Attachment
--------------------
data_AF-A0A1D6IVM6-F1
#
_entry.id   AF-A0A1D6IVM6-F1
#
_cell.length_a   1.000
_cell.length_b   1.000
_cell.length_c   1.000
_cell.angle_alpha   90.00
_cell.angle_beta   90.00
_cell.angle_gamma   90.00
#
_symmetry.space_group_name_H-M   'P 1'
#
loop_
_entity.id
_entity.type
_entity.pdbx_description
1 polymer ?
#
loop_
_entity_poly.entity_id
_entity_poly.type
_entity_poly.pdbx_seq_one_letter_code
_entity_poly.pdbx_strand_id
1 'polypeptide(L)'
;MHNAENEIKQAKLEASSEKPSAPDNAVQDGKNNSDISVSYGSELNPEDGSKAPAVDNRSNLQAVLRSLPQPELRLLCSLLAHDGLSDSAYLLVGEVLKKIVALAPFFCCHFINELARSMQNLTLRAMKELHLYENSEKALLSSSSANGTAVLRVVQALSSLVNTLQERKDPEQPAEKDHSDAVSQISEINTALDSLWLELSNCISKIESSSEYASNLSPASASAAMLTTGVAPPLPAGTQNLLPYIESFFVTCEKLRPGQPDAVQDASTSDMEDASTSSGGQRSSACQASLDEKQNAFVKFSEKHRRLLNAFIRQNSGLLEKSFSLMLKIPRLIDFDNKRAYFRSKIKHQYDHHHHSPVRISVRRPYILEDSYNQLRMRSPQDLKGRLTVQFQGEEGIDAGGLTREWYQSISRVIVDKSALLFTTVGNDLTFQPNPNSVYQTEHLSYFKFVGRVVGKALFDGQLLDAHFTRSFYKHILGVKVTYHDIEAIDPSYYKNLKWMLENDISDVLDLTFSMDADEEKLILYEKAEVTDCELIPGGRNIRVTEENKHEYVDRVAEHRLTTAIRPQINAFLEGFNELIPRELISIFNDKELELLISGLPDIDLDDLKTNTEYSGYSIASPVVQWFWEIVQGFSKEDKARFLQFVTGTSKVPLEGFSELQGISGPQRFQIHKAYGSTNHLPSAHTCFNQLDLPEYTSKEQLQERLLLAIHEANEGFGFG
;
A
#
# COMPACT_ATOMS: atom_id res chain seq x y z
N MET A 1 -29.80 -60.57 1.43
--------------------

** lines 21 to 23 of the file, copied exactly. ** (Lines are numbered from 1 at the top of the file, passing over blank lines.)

_entity_poly.entity_id
_entity_poly.type
_entity_poly.pdbx_seq_one_letter_code